Thursday, April 23, 2009

Gold Standard: Royal Limoges

Oasis, Royal Limoges
All place settings are not created equal. And it matters that you have something glorious on the table, not only for your guests, but for your senses to be thrilled at the table, for your family to enjoy even if it is limited to Sundays and holidays. Many of the greats began millions of years ago only they looked more like this...

than this.

Beleme, Royal Limoges

This is kaolinite or kaolin, a mineral clay substance found on several continents but where porcelain is concerned, notably in China originally and later discovered in France, right there outside Limoges.

It is unfortunate so many bridal registries avoid porcelain because it is not dishwasher safe and perceived as too high-maintenance, too formal, or too pretentious. My kitchen dishes are from Williams-Sonoma and are very easy to manage but in the dining room, I use porcelain or bone: I am willing to do a little extra work to eat from a work of art.

If one considers a porcelain such as Limoges (which denotes the city of orgin, and not a process, quality, or artistry specific to the porcelain), a host or hostess might be more appreciative of the articles and willing to care gently for them.

In the seventeenth and eighteenth centuries porcelains from China enjoyed tremendous popularity in Europe. An enterprising French business manager for the Crown was charged with finding a new industry for the area around Limoges and discovered the earth there held huge deposits of kaolinite which was the chief ingredient in the porcelain Europe was readily consuming from China at the time. The first mines, factories, and patterns belonged strictly to the Crown and were employed only to create porcelain for French royalty. Kaolin yields a white product and another cottage industry was born to hand paint the porcelain products of Limoges. This arrangement thrived for Limoges until the excesses of royalty were ended by revolution.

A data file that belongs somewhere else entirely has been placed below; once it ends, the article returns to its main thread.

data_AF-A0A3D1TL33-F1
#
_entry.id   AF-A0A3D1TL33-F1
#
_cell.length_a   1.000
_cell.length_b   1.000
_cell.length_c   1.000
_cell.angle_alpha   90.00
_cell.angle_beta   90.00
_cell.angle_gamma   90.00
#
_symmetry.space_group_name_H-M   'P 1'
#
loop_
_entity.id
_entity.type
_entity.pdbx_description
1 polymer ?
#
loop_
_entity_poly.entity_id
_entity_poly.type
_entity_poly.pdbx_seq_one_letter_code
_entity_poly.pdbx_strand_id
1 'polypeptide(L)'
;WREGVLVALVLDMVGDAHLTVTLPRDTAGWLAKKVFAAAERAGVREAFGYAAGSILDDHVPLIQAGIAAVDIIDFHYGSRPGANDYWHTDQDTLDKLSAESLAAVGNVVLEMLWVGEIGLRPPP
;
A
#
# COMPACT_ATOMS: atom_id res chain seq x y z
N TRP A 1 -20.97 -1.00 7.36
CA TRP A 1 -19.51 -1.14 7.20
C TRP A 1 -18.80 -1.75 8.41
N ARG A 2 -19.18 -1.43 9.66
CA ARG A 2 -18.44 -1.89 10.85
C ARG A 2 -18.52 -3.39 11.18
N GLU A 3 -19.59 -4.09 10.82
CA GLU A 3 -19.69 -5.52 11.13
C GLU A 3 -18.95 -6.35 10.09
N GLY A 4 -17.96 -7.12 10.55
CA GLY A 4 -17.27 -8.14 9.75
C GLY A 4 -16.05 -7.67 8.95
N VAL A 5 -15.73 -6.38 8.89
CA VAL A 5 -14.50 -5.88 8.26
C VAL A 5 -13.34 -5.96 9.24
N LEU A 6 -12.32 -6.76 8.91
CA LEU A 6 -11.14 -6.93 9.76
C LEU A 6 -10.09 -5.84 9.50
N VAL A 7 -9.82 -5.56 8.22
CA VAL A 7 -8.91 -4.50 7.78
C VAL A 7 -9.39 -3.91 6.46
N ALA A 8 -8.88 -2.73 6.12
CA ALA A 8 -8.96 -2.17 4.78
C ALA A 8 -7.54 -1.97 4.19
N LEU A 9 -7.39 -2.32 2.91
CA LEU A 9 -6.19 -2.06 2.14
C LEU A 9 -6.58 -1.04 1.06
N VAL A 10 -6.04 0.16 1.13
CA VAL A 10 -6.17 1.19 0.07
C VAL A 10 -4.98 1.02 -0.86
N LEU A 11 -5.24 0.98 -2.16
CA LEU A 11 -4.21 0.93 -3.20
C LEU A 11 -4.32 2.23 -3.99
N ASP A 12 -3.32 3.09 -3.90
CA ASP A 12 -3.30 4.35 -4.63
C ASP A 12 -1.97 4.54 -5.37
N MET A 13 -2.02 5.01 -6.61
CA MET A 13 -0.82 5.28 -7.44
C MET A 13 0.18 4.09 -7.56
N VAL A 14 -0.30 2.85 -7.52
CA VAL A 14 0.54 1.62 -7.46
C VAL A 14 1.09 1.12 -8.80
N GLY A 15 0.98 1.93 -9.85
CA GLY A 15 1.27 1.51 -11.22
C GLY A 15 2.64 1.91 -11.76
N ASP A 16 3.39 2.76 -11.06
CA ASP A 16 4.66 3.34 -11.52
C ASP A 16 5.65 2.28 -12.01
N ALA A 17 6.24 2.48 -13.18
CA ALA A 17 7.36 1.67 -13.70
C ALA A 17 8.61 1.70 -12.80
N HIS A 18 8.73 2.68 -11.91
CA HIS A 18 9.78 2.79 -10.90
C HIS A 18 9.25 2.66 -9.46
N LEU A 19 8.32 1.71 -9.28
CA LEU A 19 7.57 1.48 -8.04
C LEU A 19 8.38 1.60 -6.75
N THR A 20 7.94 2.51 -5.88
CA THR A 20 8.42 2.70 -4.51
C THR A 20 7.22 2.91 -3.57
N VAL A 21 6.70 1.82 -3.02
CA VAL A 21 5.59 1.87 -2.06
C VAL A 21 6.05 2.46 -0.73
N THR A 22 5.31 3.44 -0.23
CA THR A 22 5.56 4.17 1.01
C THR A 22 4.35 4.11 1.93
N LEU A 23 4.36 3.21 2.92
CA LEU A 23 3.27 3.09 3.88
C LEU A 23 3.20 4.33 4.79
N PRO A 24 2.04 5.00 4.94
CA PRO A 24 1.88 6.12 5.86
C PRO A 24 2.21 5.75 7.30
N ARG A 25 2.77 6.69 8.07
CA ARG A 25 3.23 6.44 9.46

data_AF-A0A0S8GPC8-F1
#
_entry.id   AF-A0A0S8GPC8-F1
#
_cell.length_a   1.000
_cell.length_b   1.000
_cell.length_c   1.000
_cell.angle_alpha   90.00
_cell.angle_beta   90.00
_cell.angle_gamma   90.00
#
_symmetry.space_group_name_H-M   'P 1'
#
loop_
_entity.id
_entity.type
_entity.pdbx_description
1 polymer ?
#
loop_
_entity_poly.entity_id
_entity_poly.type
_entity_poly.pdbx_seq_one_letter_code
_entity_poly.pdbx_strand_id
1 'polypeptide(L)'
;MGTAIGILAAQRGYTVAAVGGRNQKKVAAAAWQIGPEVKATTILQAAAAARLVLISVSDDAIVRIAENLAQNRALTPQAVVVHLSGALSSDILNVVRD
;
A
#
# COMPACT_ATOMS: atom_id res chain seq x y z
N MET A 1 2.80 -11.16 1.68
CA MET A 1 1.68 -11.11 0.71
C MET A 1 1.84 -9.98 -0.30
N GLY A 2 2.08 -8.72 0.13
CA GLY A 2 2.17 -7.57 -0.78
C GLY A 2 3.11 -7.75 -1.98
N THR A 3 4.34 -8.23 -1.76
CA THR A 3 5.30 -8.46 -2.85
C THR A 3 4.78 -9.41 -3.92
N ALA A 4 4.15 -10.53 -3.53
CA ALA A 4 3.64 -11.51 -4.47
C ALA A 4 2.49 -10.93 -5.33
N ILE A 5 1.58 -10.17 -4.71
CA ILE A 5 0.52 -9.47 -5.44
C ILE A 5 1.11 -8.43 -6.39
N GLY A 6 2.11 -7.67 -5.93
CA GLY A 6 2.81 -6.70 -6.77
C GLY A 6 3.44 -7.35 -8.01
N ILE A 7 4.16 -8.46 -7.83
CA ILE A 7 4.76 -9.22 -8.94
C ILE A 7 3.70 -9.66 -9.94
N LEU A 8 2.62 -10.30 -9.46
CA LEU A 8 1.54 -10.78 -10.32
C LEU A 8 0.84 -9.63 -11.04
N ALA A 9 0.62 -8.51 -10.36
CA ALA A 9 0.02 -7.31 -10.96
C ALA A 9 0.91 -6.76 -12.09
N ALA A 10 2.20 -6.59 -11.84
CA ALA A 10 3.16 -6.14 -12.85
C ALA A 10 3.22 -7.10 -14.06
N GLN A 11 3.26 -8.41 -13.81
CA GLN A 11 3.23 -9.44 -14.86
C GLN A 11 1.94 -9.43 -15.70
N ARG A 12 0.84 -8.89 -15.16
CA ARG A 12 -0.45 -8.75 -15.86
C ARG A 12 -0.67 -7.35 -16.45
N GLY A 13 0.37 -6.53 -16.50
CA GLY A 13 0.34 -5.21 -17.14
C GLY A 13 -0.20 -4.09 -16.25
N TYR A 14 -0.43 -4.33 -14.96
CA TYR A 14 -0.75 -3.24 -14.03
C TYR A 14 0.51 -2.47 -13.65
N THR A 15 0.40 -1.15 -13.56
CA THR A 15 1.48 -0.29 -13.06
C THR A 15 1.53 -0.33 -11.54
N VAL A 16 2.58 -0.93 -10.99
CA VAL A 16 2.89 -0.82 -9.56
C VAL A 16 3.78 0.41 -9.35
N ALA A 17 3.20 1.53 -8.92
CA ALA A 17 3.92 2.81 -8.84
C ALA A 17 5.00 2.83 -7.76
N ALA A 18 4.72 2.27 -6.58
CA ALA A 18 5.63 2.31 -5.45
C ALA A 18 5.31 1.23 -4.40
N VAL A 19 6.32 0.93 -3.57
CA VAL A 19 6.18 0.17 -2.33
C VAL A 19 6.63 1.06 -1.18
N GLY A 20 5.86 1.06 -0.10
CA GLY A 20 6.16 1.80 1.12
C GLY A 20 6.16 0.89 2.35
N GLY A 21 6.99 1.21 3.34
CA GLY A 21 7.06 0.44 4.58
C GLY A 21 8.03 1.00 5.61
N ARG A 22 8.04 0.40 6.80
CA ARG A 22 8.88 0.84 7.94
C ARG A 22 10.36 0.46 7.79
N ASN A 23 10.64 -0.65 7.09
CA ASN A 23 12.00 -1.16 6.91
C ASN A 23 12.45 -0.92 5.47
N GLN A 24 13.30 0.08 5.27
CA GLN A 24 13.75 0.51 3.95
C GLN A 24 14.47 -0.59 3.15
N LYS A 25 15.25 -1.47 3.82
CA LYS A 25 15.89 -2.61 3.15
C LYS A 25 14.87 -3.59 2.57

Paradis Vegetal, Royal Limoges

Ever the pragmatists however, the porcelain industry of Limoges reached out to recreate itself with David Haviland (of Haviland Limoges) as the foremost salesman of the reinvention of Limoges as the place settings of cultured Americans. Limoges rode this new train until approximately 1930 when the Great Depression caused another difficult period in Limoges manufacturing history.

Gold Lion, Royal Limoges

Though the Depression and the advent of very casual dining has created an upscale, artistic niche for Limoges porcelin in the eighty years since, many tasteful hosts continue to demand French porcelain for their tables. The Hostess is counted among these table-setters.

Boudior, Royal Limoges

You have been viewing the ever-exquisite patterns of Royal Limoges, SA., Limoges, France, the oldest French porcelain manufacturer and in the Hostess' humble estimation, a company whose patterns are still very much fit for kings.

Available here.

1 comment:

An Aesthete's Lament said...

We have old china, rather plain, white French porcelain plates with a handsome gold band. None match perfectly but they work together quite well. It dresses up a table quite beautifully. And one can mix other patterns with it, as long as the whites match.